“We don’t just look at film or TV or animation, we discuss it as content. We bring ideas to the table. We rely on each other’s context and expertise in digging into the idea. And, we want the content to go to the best platform where it will find the best audience,” added Skidmore.
That also means reevaluating the traditional set-in-stone formats of 17’s, 22’s or 10×10’s in an effort to reimagine the future of great storytelling media.
“The thing that bonds us like glue across departments is that we have a high bar of quality, whether it’s going to be digital or traditional. That’s something we achieve through the sharing of our resources and the sharing of our creative opinions,” said Genevieve Jones, Manager of Production and Digital Development.
And perhaps this is the secret sauce in the Skybound recipe for success and what has enabled the company to recirculate revenue back into the business as an independent production company.
An Early Mover in Virtual Reality Creative Innovation
Gaming and game-like environments fare extremely well in virtual reality. And for the creative team at Skybound, which has a strong market position and creative expertise for the genre, venturing into virtual reality in 2013 was an obvious and exciting move. But moreover, VR is a business the company is committed to despite a slowing economy for viewership and device development.
“For us, we are going to double, triple, quadruple down in the VR space,” said Alpert, who added that once the team saw what was possible with the format, they were excited about the scale of possibilities from a creative standpoint.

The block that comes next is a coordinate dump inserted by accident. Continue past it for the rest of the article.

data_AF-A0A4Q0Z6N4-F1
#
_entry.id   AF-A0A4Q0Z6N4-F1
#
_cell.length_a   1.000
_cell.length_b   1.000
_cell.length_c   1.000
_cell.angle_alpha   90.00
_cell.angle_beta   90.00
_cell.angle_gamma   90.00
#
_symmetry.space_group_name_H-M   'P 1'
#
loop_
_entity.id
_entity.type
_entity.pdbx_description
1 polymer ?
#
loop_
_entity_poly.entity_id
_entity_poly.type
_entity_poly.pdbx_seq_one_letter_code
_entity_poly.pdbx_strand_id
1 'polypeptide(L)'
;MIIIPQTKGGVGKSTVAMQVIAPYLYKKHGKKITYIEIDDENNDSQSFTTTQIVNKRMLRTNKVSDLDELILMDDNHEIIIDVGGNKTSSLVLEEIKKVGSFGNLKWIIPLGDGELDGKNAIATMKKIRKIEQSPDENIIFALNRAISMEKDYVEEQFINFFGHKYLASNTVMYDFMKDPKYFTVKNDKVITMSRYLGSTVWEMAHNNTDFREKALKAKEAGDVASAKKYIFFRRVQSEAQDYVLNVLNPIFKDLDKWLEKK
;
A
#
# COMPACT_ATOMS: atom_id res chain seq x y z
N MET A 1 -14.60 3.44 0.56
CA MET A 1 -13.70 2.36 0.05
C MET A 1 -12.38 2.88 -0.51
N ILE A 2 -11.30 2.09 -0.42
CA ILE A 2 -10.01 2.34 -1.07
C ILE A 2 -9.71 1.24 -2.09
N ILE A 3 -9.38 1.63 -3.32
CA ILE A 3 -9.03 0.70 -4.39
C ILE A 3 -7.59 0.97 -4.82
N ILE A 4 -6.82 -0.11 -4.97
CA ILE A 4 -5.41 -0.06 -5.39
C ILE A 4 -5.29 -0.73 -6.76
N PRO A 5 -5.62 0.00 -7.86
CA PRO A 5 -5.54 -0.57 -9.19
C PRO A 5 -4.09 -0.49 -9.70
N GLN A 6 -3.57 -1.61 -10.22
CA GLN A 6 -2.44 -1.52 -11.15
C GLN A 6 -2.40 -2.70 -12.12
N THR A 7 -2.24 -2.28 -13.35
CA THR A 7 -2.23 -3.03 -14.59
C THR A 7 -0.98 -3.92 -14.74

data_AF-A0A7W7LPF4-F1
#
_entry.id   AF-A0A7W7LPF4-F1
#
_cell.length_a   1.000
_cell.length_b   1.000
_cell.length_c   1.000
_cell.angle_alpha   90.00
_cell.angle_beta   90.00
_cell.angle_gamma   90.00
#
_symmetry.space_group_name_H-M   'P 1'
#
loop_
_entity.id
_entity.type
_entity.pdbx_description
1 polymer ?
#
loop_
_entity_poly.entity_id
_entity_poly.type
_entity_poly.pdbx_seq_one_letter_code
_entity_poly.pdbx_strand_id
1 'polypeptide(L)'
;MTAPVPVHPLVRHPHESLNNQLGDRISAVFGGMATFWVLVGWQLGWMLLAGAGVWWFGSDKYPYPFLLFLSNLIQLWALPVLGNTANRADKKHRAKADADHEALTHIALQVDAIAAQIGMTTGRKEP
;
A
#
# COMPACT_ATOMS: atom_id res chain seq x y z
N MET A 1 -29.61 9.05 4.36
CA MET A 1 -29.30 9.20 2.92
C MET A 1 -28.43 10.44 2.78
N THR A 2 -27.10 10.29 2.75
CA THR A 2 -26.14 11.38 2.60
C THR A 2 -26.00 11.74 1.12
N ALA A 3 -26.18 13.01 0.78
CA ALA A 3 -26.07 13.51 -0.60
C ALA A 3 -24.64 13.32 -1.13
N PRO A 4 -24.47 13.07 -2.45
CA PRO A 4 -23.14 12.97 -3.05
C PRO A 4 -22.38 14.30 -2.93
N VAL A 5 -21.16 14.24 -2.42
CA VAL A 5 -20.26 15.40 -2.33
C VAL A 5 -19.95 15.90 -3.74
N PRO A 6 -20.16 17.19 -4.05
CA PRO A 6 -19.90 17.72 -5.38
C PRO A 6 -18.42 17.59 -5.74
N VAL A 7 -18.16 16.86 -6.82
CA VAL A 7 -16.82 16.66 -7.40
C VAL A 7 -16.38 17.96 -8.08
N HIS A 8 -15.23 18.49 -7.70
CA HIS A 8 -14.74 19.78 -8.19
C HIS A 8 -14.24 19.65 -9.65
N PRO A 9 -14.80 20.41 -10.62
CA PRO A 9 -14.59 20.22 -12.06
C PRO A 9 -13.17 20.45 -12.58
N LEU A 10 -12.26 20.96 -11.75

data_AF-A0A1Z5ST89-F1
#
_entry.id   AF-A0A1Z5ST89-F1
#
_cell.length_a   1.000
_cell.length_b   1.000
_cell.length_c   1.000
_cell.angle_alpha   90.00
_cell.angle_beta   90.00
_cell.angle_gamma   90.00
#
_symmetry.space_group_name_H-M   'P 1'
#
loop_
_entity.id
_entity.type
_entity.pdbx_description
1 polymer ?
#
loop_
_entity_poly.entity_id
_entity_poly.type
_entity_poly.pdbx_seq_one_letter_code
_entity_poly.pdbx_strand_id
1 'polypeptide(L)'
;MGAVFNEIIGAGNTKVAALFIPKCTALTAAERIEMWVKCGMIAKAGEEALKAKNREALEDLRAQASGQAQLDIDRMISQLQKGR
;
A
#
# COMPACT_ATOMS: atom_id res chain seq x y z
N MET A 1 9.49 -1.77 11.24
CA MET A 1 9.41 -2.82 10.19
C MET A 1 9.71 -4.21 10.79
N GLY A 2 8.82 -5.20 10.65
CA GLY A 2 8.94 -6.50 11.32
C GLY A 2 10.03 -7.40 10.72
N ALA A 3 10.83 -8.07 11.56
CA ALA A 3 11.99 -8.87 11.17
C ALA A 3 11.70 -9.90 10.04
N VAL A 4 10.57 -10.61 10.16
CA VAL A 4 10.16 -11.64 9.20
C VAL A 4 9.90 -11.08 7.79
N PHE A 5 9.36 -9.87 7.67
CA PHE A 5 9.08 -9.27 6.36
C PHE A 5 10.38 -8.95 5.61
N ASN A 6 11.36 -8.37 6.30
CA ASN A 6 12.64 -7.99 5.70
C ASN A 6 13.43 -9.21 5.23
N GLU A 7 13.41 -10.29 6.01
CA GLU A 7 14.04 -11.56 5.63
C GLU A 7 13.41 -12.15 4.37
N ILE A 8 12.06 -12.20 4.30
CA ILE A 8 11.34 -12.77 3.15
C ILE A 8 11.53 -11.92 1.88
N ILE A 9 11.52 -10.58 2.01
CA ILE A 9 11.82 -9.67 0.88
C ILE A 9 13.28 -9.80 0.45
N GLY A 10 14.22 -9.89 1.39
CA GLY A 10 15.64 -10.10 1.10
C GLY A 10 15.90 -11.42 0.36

It’s flagship project with Samsung VR “Gone” that allowed the team to be “more fluid and creative” with VR, says Skidmore, noting that the company prides itself on the project as an example of flipping the usual production script — instead of building the creative to fit the tech, Samsung was collaborative in building the tech to fit the creative vision. And it worked. “Gone” climbed to the highest viewed series on Samsung’s VR platform, then called “Milk VR” and since bundled with Samsung Gear VR.
“The form of storytelling in VR is evolving so much right now and we’re trying to figure out what it is thats exciting about storytelling in VR — is it environmental, object storytelling or narrative driven, dialogue driven,” said Jones. “Something that draws us to VR projects is sometimes more the creator themselves versus the content on the page,” like the company’s forthcoming thriller project “Delusion: Lies Within” with stuntman-writer-director Jon Braver (“The Dark Knight Rises”, “Iron Man”).
Jones admits finding the right projects for VR or knowing which are ideal for the medium is often the toughest question, the company is leaning into genres that crossover well — like gaming or interactive theatre. And while the economics haven’t caught up to the excitement that creatives have for VR, brand appetite is high, they say, and brand-led funding for projects in VR is still viable.
But with or without VR on the docket, Skybound Entertainment is building slow and steady, with measured gain across all areas of the entertainment industry, sourcing ideas from inbound pitches and its various comic book deals. And with a handful of projects in the pipeline, Skybound Entertainment’s team is skipping the Old Hollywood playbook and re-writing a new school model for genre programming.
“The landscape has changed dramatically,” added Alpert. “Look at the proliferation of not just outlets but also ways in which people consume content. There’s an arms race going on…and simultaneously [people think] that there’s a gold mine to be discovered and that we’re in a bubble economy. Theres’ excitement and despair around every corner.”